Multiple myeloma is a blood cancer (hematological cancer) developing in bone marrow. In multiple myeloma, plasma cells become defunct. Unlike plasmacytoma
Multiple myeloma is a blood cancer (hematological cancer) developing in bone marrow. In multiple myeloma, plasma cells become defunct. Unlike plasmacytoma which is focused in one location, multiple myeloma spreads to other bone marrow locations throughout the patient’s body. Unfortunately, there is no cure for multiple myeloma. However, a successful multiple myeloma treatment may give patients many years to enjoy with their family.
Doctors name 3 main types of multiple myeloma:
• Smouldering myeloma – multiple myeloma which does not cause any negative effects to patient’s body. Doctors sometimes abstain from treating this type of blood cancer until it becomes more active.
• Normal Multiple myeloma
• Chronic lymphocytic leukemia – aggressive form of multiple myeloma, requiring more radical approach and developing usually as a secondary disease after a normal multiple myeloma.
Multiple myeloma is often found out through routine blood tests followed by more detailed research when an atypical blood cell count is found out. However, if such a blood test is not conducted, with time symptoms of multiple myeloma (but not of smouldering myeloma) will be experienced, such as:
• Bone osteoporosis
• Bone pain and feeling of bone tenderness
• Recurring infections
• General feeling of tiredness and weakness
• Very rarely – bruising and atypical bleeding
Most important factor deciding whether one is suitable to undergo a multiple myeloma treatment is overall state of health. Some patients with other medical conditions may be too weak to participate in standard treatment or any treatment at all apart from palliative measures. Older patients over the age of 70 are usually given a less intensive multiple myeloma treatment, while younger people undergo intensive one, as well as their health, allows it.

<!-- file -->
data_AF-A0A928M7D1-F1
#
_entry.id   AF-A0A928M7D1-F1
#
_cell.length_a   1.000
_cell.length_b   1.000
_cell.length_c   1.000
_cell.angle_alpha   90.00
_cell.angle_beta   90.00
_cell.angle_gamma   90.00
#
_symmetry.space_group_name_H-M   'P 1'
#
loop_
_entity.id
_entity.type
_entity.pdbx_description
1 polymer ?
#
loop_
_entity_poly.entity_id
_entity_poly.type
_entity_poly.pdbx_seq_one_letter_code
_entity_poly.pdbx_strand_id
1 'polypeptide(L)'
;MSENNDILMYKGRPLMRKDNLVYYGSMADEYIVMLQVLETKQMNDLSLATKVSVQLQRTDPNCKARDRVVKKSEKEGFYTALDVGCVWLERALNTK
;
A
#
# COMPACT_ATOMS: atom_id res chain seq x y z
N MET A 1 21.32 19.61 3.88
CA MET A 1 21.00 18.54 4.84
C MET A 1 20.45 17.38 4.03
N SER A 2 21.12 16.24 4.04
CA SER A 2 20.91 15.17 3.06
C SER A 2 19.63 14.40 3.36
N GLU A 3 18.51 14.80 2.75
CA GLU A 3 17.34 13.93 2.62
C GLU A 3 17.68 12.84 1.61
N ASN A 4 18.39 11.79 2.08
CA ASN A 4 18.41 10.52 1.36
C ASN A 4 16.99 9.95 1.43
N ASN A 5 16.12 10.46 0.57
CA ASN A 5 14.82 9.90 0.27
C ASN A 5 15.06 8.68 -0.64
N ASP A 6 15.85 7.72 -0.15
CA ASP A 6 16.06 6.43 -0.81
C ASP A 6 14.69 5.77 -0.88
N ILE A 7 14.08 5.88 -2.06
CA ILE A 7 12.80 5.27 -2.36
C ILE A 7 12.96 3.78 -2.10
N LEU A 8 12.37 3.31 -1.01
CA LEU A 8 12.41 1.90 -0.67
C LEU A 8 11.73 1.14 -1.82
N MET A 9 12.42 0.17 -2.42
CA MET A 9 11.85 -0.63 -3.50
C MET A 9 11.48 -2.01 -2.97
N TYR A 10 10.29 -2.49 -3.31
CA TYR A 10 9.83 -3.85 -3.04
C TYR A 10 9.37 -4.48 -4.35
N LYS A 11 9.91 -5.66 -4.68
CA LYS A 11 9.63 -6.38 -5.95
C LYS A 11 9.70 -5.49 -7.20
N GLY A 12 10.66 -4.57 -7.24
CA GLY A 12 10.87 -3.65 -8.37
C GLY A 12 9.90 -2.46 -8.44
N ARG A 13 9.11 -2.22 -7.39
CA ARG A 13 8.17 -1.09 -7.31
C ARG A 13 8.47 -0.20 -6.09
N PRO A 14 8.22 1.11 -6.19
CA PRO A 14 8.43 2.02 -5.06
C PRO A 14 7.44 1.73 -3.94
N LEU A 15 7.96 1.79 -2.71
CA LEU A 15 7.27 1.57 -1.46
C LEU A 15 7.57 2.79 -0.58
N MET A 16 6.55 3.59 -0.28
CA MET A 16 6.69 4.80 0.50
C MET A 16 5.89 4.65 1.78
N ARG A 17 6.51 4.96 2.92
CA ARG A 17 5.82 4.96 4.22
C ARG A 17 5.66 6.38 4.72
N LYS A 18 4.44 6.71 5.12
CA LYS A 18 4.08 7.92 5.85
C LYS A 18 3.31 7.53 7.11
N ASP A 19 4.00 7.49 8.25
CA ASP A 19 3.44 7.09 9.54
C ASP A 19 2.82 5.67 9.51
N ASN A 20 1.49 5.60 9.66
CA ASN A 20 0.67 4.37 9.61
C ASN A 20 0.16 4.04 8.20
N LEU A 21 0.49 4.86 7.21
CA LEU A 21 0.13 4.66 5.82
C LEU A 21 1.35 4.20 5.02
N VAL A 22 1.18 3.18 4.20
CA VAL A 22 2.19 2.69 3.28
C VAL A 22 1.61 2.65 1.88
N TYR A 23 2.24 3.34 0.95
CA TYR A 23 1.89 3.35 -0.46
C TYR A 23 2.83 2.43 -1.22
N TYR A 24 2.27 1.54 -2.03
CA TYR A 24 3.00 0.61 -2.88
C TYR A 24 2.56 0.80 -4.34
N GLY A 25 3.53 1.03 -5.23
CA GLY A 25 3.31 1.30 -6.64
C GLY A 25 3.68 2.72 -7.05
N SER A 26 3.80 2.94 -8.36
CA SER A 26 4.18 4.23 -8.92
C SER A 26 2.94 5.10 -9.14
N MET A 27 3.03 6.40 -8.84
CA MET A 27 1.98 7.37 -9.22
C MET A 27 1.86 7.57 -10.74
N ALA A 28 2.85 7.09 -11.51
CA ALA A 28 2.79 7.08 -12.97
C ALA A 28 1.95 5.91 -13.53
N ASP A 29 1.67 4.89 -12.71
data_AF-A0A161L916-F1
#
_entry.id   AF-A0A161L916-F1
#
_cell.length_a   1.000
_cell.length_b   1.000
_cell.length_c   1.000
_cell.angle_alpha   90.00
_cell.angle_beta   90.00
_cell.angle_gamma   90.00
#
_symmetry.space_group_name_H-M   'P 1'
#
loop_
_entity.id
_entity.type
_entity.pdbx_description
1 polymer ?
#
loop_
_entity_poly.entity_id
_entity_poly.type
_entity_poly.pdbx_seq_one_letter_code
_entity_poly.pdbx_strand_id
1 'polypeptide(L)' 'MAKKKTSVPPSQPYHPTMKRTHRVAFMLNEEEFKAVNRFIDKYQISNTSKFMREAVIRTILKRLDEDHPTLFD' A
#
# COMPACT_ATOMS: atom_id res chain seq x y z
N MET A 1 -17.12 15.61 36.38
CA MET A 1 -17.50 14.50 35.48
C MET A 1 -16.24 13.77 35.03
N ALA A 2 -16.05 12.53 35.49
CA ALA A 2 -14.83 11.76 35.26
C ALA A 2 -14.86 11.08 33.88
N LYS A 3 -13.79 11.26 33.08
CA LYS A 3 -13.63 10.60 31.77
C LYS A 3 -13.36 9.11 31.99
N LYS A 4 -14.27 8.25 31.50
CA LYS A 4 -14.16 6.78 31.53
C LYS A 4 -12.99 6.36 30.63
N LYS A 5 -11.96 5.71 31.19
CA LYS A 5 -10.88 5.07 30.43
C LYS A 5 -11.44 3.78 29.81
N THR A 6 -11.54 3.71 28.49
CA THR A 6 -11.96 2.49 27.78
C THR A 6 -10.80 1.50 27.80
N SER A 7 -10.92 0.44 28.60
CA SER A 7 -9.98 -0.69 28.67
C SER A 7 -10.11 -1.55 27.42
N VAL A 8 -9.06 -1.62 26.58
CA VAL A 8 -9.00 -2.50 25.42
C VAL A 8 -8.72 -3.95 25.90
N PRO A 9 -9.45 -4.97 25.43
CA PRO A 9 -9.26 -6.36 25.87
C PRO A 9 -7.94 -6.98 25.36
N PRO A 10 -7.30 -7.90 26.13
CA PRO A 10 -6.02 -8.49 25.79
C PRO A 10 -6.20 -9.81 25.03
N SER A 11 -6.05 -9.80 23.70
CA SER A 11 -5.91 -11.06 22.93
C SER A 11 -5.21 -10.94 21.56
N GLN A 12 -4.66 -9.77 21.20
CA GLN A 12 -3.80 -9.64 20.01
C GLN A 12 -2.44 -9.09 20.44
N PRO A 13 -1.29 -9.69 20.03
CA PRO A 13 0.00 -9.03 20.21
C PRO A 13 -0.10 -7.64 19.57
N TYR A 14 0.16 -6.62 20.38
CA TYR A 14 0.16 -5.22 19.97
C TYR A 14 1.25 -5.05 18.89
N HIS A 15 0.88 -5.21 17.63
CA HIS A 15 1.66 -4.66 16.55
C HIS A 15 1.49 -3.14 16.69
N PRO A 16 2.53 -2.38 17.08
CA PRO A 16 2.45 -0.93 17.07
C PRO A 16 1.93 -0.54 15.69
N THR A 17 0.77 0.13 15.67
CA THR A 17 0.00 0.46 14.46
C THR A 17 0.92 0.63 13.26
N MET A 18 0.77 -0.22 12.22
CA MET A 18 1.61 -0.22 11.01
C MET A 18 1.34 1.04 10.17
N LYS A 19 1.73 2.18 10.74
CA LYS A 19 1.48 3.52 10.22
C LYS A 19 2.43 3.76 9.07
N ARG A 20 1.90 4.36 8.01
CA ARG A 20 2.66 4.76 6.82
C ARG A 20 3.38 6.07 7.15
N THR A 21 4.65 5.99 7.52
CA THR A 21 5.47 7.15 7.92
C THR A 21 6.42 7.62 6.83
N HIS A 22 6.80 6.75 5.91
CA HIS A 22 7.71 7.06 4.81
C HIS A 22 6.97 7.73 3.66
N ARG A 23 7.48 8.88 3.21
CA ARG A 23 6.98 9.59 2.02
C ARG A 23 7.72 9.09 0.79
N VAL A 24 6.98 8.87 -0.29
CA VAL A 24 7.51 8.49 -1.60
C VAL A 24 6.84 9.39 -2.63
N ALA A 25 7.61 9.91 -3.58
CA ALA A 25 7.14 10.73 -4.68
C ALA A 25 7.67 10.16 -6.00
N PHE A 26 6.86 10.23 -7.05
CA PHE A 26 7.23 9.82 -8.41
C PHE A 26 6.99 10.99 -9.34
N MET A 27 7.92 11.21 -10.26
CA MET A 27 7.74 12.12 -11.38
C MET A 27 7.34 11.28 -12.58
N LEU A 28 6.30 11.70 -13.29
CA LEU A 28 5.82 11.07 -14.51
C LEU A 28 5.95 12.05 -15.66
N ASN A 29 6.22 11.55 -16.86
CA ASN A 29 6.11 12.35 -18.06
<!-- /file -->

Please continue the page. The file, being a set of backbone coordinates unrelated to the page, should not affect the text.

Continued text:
As chemotherapy and targeted therapy are main tools in fighting the multiple myeloma, there is no elaborate preparation involved. It is preferred to inform your oncologist about all medical conditions you have and medicines you take for them in order to choose a correct set of drugs in your multiple myeloma treatment. Additionally, a healthy diet and exercises are advised (within your possibilities) in order to keep your body healthy and ready for fighting with your blood cancer.
Treatment for multiple myeloma is usually based on:
• Chemotherapy treatment – a combination of strong drugs is introduced to patient’s body through the bloodstream or as a pill.
• Targeted treatment for multiple myeloma – there are several medicines which directly affect plasma cells and therefore causes less harm to other body cells.
• Steroids – serve as a support for chemotherapy in more effective destroying of defunct plasma cells.
• Stem cell transplant – it is used to replenish the plasma cells after the chemotherapy treatment is finished. It can be autologous stem cell transplant or taken from your close relatives such as siblings.
After the first stage of treatment for multiple myeloma is finished patients usually enjoy months or even years without myeloma relapse. However, sooner or later the disease is back and a new treatment is conducted, usually involving lenalidomide.
Several sessions in the period of few months
After initial multiple myeloma treatment, symptoms of myeloma cease to appear for a few months or even years. However, it is a period during which patients learn to live with chemotherapy side effects which are rather long-lasting.
Risks of multiple myeloma treatment include:
• Lung problems
• Damage to other organs such as kidneys and heart
• Nerve damage
• Lenalidomide may in extreme cases lead to a secondary cancer
Chemotherapy as a treatment for multiple myeloma may cause also several non-life-threatening side effects such as appetite disruptions, problems with memory and concentration, a general feeling of weakness and tiredness. The exact set of chemotherapy side effects depends on a patient.
Normal multiple myeloma life expectancy is quite high as compared with other types of cancer. Up to 77% people with multiple myeloma live more than a year, 47% more than five years and 33% - more than ten years, which is a really good result. Additionally, multiple myeloma survival rate grows together with the development of new generations of targeted therapies.